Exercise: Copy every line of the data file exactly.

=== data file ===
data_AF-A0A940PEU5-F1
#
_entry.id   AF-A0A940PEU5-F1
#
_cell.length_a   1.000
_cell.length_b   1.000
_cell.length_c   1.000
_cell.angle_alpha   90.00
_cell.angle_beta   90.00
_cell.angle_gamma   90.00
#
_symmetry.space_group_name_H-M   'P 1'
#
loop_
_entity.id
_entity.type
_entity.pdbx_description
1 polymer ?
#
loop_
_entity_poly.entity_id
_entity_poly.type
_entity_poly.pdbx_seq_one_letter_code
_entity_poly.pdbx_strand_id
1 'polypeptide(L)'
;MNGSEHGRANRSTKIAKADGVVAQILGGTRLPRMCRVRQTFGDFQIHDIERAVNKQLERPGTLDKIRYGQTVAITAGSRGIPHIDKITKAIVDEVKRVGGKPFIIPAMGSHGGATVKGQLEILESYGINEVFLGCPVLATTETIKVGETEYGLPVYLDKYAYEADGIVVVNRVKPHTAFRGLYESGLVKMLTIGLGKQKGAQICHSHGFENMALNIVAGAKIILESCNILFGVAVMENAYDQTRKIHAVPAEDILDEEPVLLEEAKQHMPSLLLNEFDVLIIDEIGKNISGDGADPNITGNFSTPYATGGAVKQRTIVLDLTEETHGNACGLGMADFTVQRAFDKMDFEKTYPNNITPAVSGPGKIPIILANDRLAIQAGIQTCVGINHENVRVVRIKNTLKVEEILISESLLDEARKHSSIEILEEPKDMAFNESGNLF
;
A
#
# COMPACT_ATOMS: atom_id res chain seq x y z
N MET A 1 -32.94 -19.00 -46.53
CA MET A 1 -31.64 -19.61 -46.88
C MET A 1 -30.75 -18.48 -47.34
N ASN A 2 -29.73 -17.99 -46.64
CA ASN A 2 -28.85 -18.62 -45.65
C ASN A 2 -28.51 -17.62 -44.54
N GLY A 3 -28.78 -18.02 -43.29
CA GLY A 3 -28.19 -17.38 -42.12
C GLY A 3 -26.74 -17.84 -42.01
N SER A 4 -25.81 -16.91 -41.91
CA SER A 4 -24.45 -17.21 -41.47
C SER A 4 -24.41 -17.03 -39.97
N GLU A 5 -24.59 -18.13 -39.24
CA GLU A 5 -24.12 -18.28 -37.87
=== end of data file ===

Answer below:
data_AF-A0A940PEU5-F1
#
_entry.id   AF-A0A940PEU5-F1
#
_cell.length_a   1.000
_cell.length_b   1.000
_cell.length_c   1.000
_cell.angle_alpha   90.00
_cell.angle_beta   90.00
_cell.angle_gamma   90.00
#
_symmetry.space_group_name_H-M   'P 1'
#
loop_
_entity.id
_entity.type
_entity.pdbx_description
1 polymer ?
#
loop_
_entity_poly.entity_id
_entity_poly.type
_entity_poly.pdbx_seq_one_letter_code
_entity_poly.pdbx_strand_id
1 'polypeptide(L)'
;MNGSEHGRANRSTKIAKADGVVAQILGGTRLPRMCRVRQTFGDFQIHDIERAVNKQLERPGTLDKIRYGQTVAITAGSRGIPHIDKITKAIVDEVKRVGGKPFIIPAMGSHGGATVKGQLEILESYGINEVFLGCPVLATTETIKVGETEYGLPVYLDKYAYEADGIVVVNRVKPHTAFRGLYESGLVKMLTIGLGKQKGAQICHSHGFENMALNIVAGAKIILESCNILFGVAVMENAYDQTRKIHAVPAEDILDEEPVLLEEAKQHMPSLLLNEFDVLIIDEIGKNISGDGADPNITGNFSTPYATGGAVKQRTIVLDLTEETHGNACGLGMADFTVQRAFDKMDFEKTYPNNITPAVSGPGKIPIILANDRLAIQAGIQTCVGINHENVRVVRIKNTLKVEEILISESLLDEARKHSSIEILEEPKDMAFNESGNLF
;
A
#
# COMPACT_ATOMS: atom_id res chain seq x y z
N MET A 1 -32.94 -19.00 -46.53
CA MET A 1 -31.64 -19.61 -46.88
C MET A 1 -30.75 -18.48 -47.34
N ASN A 2 -29.73 -17.99 -46.64
CA ASN A 2 -28.85 -18.62 -45.65
C ASN A 2 -28.51 -17.62 -44.54
N GLY A 3 -28.78 -18.02 -43.29
CA GLY A 3 -28.19 -17.38 -42.12
C GLY A 3 -26.74 -17.84 -42.01
N SER A 4 -25.81 -16.91 -41.91
CA SER A 4 -24.45 -17.21 -41.47
C SER A 4 -24.41 -17.03 -39.97
N GLU A 5 -24.59 -18.13 -39.24
CA GLU A 5 -24.12 -18.28 -37.87